John Carlson: Life Spent Watching Football

Football games on television can spur the lowest lows and highest highs. Photo by Nancy CarlsonFootball games on television can spur the lowest lows and highest highs. Photo by Nancy Carlson

By John Carlson—

Many red-blooded American wives are gratefully anticipating the end of their annual football widowhood, if not for the return of their husbands’ company, then for the fact they’ll finally get back their television sets.

You can’t blame them.

It’s been a long row to hoe, proverbially, but they’ve toughed it out.

Despite the raging COVID-19 pandemic, Nancy nor I have suffered a sniffle. Due to her diligence, we have maintained social distancing, masked up whenever we venture outside and, the vast majority of the time, stayed home. It’s been made bearable by her companionship, her harmonious attitude, and the daily spirit of Christian love and care which she brings to our marriage.

And one more thing, as already hinted, has saved me from the depths of depression …


It’s been kind of odd. Back when baseball was on TV, I took one look at those stands occupied by the dopey cardboard cutouts and couldn’t get into it. Auto racing? As an IndyCar addict I watched every lap I could, but the sight of an empty Indianapolis Motor Speedway during an Indy 500 run in the witching month of October nearly did me in. Basketball? As a non-native Hoosier it’s fine, but I’d still rather just eat a big breaded tenderloin.

But football?

It has been a font of life.

The total absence or scarcity of the crowd, depending on the venue, hasn’t bothered me a bit. On a typical Sunday I’ll be watching the Colts, but whenever an opportunity presents itself, flicking the clicker for a quick look-see at whatever other game is playing. Soon as one game ends, I’ll move on to another.

Such selfless dedication to a task is prized by employers.

By wives, not so much.

I guess I can see why. During these times, like many guys suffering from a serious football addiction, I sink into a sort of gridiron coma that has nothing to do with the number of empties piled beside me. Nancy could say, “Honey, the house is on fire,” or, “Sweetie, a burglar in our driveway is loading a bunch of our stuff into his car,” or, “John, I think our dog has rabies.”

My response would be, “That’s nice, dear.”

But let some Colt get called for an illegal block, and I begin hollering like the first guy on the Titanic who spotted that iceberg. Suddenly a tsunami of beer is sloshing over the rim of my glass, soaking my paper plate of Cheez Doodles into a slimy, disgusting, neon-orange mess. This is a result of our floor shaking from the shock waves. The shock waves are a result of my angrily pounding the couch cushions on either side of me while crying “Why God? Why?” in a pitiable expression of frustration, displeasure and betrayal.

For the first game or two of the season, hearing me woefully screaming stuff like that, Nancy yelled frantically from her home-office one room away, “Do you need an ambulance, darling?!?!?”

By the fourth game, she just sat in there rolling her eyes and sneering, “Dimwit.”

Of course, the depth of emotion inherent in my reaction is hardly my fault.

Based on careful self-observation and my extensive knowledge of lower-class male psychology, I’ve determined that football played in times of deadly pandemics truly heightens your average fan’s reaction to the game.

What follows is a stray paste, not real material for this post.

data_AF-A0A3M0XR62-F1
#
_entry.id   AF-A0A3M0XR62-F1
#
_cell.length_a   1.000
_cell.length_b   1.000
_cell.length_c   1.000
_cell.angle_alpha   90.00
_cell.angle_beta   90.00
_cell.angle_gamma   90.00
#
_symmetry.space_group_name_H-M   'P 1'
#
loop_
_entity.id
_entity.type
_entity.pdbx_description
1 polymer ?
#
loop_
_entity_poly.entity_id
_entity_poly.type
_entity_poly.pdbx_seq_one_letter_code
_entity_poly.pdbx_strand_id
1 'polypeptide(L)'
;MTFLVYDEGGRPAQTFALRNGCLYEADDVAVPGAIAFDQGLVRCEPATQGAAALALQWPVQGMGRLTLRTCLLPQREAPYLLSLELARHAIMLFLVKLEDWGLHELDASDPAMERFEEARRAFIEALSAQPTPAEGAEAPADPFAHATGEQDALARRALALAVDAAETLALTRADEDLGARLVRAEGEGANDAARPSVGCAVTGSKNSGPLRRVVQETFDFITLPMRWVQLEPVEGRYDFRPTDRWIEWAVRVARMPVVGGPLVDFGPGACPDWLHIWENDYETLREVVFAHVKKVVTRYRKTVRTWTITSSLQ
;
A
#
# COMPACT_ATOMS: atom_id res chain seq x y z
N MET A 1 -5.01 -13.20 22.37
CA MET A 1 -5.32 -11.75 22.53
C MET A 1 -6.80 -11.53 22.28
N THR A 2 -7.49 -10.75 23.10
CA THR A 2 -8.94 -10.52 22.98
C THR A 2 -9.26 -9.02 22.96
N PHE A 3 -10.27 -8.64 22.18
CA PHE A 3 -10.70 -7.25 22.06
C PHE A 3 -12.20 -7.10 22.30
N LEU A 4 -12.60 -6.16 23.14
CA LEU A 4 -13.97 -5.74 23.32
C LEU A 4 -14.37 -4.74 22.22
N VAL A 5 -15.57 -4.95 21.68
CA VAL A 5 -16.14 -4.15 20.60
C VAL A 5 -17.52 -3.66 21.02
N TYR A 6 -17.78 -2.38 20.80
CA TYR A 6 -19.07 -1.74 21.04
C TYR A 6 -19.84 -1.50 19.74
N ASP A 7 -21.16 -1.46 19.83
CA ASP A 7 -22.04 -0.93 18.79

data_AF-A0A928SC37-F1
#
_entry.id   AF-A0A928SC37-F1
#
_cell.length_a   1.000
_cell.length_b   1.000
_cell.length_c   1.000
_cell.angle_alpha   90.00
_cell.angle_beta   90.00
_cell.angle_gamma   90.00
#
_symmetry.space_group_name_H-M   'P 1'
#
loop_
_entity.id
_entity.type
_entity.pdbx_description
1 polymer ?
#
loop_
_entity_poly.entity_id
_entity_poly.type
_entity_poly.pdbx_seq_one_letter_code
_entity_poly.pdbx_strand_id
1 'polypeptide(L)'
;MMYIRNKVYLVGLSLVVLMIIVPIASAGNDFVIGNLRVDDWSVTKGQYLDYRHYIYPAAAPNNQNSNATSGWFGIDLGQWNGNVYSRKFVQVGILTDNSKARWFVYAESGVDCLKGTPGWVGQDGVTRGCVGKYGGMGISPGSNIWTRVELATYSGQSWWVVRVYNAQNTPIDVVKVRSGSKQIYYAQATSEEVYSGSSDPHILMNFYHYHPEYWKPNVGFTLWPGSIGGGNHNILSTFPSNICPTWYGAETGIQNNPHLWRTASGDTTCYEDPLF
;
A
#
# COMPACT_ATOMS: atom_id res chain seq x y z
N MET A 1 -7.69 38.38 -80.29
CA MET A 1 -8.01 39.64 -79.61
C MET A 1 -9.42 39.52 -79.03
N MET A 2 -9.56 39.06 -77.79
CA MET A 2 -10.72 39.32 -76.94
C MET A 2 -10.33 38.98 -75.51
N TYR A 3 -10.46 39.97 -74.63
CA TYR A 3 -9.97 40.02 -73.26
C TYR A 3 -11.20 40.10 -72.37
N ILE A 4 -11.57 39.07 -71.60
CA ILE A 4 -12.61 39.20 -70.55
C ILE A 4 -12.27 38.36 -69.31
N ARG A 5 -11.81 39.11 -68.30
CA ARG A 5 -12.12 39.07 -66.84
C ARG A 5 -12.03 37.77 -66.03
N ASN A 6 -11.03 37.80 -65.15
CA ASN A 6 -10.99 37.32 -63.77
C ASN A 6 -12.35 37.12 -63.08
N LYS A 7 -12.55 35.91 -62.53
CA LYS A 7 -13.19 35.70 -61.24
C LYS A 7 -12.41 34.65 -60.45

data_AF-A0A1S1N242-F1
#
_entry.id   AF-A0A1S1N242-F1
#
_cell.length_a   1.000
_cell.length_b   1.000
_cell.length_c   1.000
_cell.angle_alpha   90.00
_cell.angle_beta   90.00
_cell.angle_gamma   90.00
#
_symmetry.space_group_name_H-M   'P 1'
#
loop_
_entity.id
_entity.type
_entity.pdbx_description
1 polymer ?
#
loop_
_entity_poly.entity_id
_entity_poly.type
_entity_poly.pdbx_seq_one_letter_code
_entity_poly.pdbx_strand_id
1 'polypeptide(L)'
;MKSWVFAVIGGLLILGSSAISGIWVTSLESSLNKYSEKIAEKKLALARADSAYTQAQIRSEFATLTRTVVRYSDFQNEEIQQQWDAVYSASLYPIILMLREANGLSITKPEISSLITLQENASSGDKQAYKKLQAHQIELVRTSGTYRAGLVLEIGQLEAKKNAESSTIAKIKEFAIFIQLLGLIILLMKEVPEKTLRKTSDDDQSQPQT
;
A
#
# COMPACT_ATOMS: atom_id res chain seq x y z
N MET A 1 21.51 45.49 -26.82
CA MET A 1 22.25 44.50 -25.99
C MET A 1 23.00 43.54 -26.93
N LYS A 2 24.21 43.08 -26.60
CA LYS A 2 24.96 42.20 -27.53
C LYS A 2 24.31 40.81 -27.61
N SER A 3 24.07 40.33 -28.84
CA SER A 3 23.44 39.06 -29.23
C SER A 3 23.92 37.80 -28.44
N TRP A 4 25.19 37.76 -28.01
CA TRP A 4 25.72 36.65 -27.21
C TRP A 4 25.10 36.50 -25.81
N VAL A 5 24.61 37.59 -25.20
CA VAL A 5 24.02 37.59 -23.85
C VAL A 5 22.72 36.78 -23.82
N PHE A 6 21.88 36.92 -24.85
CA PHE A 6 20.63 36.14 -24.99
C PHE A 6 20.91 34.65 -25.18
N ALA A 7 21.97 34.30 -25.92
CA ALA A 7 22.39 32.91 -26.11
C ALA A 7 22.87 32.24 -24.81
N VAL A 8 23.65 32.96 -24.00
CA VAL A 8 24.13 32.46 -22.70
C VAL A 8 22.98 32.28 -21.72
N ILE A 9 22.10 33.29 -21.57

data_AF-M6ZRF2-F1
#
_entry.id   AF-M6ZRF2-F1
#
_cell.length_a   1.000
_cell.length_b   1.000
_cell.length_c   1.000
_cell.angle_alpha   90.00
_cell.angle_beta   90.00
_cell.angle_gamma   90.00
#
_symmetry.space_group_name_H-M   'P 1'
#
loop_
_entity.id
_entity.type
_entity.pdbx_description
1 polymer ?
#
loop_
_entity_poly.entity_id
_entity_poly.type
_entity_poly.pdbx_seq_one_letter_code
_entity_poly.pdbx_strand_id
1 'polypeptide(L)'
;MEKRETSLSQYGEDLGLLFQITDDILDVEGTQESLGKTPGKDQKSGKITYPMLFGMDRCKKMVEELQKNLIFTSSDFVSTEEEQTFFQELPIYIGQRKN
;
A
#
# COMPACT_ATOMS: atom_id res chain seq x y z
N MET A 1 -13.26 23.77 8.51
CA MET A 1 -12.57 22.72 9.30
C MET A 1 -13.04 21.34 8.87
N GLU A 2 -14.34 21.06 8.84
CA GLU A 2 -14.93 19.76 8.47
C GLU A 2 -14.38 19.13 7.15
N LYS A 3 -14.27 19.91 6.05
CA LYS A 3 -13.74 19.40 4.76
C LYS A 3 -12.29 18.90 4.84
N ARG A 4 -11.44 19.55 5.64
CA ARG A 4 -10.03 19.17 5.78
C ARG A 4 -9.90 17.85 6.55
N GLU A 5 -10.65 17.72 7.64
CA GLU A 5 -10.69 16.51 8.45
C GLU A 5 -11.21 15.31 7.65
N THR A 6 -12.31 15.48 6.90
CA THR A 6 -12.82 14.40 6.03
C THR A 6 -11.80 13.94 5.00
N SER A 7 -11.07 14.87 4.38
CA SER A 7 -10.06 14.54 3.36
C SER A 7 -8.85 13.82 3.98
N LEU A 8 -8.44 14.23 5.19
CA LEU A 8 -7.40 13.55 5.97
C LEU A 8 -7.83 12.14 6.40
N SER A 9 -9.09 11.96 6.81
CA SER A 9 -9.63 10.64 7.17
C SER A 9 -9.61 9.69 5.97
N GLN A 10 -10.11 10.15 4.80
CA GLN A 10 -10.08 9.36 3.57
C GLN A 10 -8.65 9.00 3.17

Take when my team plays. It’s primarily the Colts (may they Rest In Peace until next season), but also the Brownies and the Packers, with whom I share a tawdry flirtation. When they win, I’m happy.

Now, don’t get me wrong. I’m not enough of a football dork to mean the winning-half-a-billion-bucks-from-the-Powerball kind of happy. That would make me far happier. But it’s pretty much like the walking-around-whistling-“Zip-a-Dee-Doo-Dah” happy, and that’s fine, too.

However, when my team loses?

My sense of loss and betrayal knows no bounds. Four-letter words fly from my mouth like flecks of corn kernels from a talkative messy eater, and I don’t mean words like “dang,” “darn” or “poop.” Plus I begin to get morosely somber and reflective, wondering after seventy trips around the sun, does my life even have meaning anymore? Or am I just a jiggling, existential blob of nacho cheese-digesting fat, gristle and assorted gross body-parts?

Of course, with their next win, crisis averted!

So unless you’re, say, an unfortunate Jaguars or Jets fan, the highs offset the lows. And I’d be remiss if I failed to note the additional outright joy that watching Ball State’s Cardinals spank San Jose State’s mighty, mouthy Spartans engendered.

For all I know, BSU has a butt-kicking tiddlywinks team, but only football could have made a hick like me as proud and happy as I was.

And while I’m at it, since I’m not some smarmy sexist, it should be noted that plenty of women are intense football fans, too. You see them at games. You see them at The Fickle Peach and Guardian Brewing Company. You read them commenting about Colts games on Facebook.

Encountering them, all you can do is shake your head and think, welcome to the misery, ladies … and also the joy.


John’s weekly columns are sponsored by Beasley & Gilkison, Muncie’s trusted attorneys for over 120 years.

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A former longtime feature writer and columnist for The Star Press in Muncie, Indiana, John Carlson is a storyteller with an unflagging appreciation for the wonderful people of East Central Indiana and the tales of their lives, be they funny, poignant, inspirational or all three.  John’s columns appear on every Friday.